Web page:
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Poll of Polls: election battle remains tight

By Channel 4 News

Updated on 28 April 2010

Just eight days before voters head to the polls, and the latest surveys continue to show a close race with support for all three parties still statistically within the margin of error of each other. Professor Leighton Vaughan Williams, of Nottingham Business School's Political Forecasting Unit, explains.

There are three polls out today, and taken together they show all three parties within a margin of error of 31 per cent.

The Conservatives are ahead in all three, with Labour second in one of the polls, the Liberal Democrats second in another, and the Lib Dems and Labour tied in the third.

Taking a raw average of these polls puts the Conservatives on 34 per cent, with the Liberal Democrats and Labour both on 28 per cent. Our polling tracker, which weights the polls, gives the Conservatives 33 per cent, the Liberal Democrats 29 per cent and Labour 28 per cent.

Polling Commentary
There are three new polls out, and two of them show little change since yesterday, i.e. the Conservatives in the low 30s with Labour and the Liberal Democrats on or about 30 or the high 20s.

However Populus, for the Times puts the Conservatives on 36 per cent, the Lib Dems on 28 and Labour on 27. This is the pollster that put Labour 14 points ahead of the Tories shortly before voters went to the actual polls in 2005. In the event, Labour won by three per cent.

Still, today's poll is margin of error stuff, and I'm happy to give them the benefit of the doubt for now.

They are included in today's Poll of Polls, however, so treat the headline numbers with caution.

Today's polls
ComRes/ITV/Independent: Con 33, Lab 29, Lib Dem29
Populus/Times: Con 36, Lib Dem 28, Lab 27
YouGov/Sun: Con 33, Lab 29, Lib Dem 28

Today's poll of polls, based on these surveys, puts the Conservatives on 34 per cent, the Liberal Democrats on 28 per cent and Labour on 28 per cent.

Polling 'tracker'
The Political Forecasting Unit 'polling tracker' has the Conservatives on 33 per cent, the Liberal Democrats on 29 per cent and Labour on 28 per cent.

The polling tracker is based on recent surveys by different polling organisations, and is adjusted so that the more recent the survey the more weight is attached to the vote shares.

There is also some statistical smoothing which has the effect that outliers or vote shares that diverge most from the general consensus are allocated less weight.

Assuming a uniform national swing, Labour would win 276 seats in the House of Commons, the Conservatives would win 247 seats, and the Liberal Democrats 96 seats. This would leave Labour 50 short of an overall majority.
The markets agree that no one party is likely to win a majority in the House of Commons.

Applying a more sophisticated seats projection methodology, which we term ANS (Adjusted National Swing), which allows for the differential impact of swing on different seats, the Political Forecasting Unit projects the following scenario if the election were held today:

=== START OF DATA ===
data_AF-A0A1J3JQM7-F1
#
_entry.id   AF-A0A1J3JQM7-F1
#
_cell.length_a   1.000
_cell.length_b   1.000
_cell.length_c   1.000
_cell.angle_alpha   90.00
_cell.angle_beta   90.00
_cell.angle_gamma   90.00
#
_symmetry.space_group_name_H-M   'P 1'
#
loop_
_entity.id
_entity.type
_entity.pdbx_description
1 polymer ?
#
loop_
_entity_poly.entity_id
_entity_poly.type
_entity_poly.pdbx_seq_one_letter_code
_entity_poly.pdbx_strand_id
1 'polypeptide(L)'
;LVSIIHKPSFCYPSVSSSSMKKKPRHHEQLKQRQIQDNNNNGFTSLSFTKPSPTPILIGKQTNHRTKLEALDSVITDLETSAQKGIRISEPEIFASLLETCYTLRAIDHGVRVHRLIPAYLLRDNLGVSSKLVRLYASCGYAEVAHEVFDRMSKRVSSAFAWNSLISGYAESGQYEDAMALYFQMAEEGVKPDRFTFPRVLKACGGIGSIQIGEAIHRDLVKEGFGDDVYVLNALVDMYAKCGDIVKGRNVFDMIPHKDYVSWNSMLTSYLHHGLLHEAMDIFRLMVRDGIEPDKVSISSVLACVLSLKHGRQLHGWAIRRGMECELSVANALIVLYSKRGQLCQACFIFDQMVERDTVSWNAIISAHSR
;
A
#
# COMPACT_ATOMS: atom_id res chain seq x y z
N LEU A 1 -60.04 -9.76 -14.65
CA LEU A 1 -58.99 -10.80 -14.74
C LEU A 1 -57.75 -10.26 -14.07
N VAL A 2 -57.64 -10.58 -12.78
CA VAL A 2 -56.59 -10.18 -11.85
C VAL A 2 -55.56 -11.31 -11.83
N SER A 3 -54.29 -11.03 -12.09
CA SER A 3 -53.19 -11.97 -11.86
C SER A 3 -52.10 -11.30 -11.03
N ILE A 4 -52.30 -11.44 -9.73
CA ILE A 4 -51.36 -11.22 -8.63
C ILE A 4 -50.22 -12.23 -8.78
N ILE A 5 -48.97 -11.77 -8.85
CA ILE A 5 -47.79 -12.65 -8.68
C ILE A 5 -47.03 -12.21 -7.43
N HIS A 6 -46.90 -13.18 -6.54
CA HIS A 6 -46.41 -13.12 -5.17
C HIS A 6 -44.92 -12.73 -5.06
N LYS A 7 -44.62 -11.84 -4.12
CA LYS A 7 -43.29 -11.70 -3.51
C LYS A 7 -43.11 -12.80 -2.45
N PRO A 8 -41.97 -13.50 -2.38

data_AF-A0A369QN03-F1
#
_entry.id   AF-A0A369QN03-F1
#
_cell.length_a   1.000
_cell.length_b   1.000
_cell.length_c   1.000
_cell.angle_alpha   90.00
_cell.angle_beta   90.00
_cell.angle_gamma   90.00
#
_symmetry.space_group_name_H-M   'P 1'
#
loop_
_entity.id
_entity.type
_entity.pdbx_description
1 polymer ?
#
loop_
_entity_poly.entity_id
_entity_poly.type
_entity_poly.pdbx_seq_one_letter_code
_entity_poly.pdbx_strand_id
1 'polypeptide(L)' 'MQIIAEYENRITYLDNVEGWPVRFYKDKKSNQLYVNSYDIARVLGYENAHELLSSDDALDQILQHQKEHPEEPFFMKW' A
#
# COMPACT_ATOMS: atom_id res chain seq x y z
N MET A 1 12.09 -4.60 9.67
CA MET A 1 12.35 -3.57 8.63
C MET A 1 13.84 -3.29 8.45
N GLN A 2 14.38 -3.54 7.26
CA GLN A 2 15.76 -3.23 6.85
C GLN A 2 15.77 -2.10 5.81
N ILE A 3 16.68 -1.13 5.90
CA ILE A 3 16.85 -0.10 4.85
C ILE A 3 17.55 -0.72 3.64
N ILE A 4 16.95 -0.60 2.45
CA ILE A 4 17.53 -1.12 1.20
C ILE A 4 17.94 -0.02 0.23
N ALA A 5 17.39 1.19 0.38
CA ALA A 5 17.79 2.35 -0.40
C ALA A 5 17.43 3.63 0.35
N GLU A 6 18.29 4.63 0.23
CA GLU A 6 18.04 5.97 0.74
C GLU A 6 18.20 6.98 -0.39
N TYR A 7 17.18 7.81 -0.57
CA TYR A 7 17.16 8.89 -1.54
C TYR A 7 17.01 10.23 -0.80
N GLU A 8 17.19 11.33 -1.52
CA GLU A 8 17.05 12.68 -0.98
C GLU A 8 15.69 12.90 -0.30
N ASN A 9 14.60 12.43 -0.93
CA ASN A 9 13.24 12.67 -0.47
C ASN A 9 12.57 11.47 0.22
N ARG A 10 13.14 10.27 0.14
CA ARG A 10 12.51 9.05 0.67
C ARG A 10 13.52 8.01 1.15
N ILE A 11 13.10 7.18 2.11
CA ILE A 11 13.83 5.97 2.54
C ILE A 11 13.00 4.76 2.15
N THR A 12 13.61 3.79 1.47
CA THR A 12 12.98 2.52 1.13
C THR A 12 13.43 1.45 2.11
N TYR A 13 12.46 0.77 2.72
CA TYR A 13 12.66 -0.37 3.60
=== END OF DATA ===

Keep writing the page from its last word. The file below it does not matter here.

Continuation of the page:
Conservatives: 260 seats
Labour: 254 seats
Liberal Democrat: 101 seats
Others: 35 seats

Today's Polling Tracker figures continue to show how the standings of the three main parties remain very close.

Election barometer
The Political Forecasting Unit's 'election barometer', designed to capture the changing state of the race as it unfolds through the campaign, shows the Conservatives on 33 per cent, the Liberal Democrats on 29 per cent, with Labour on 28 per cent.

This means a hung parliament remains a strong possibility.

On these figures, the Political Forecasting Unit's ANS (adjusted national swing) methodology projects the following seats distribution: Con: 260 seats, Lab 254 seats, Lib Dem 101 seats.

An analysis of the money placed in political betting markets also suggests that no party will secure a majority of the seats in the House of Commons.

Daily poll of polls
Conservative: 34 per cent
Labour: 28 per cent
Liberal Democrat: 28 per cent

PFU polling tracker (recent polls, weighted)
Conservative: 33 per cent
Liberal Democrat: 29 per cent
Labour: 28 per cent

Outcome, based on polling tracker, assuming national swing (adjusted) reproduced in every constituency.
Conservatives: 260 seats
Labour: 254 seats
Liberal Democrat: 101 seats
Other: 35 seats
Conservatives short of an overall majority by 66

Where the money is (analysis based on money wagered on the election in political betting markets)
Conservative: 304 seats
Labour: 221 seats
Liberal Democrat: 91 seats
Other: 34 seats
Conservatives short of an overall majority by 22 seats

Percentage chances of a majority
Chance of Conservative overall majority: 33.2 per cent
Chance of Labour overall majority: 3.1 per cent
Chance of Liberal Democrat overall majority: 0.9 per cent
Chance of No overall majority: 62.8 per cent
(Chances based on odds from betting exchanges)

Professor Leighton Vaughan Williams is Director of the Political Forecasting Unit at Nottingham Business School.

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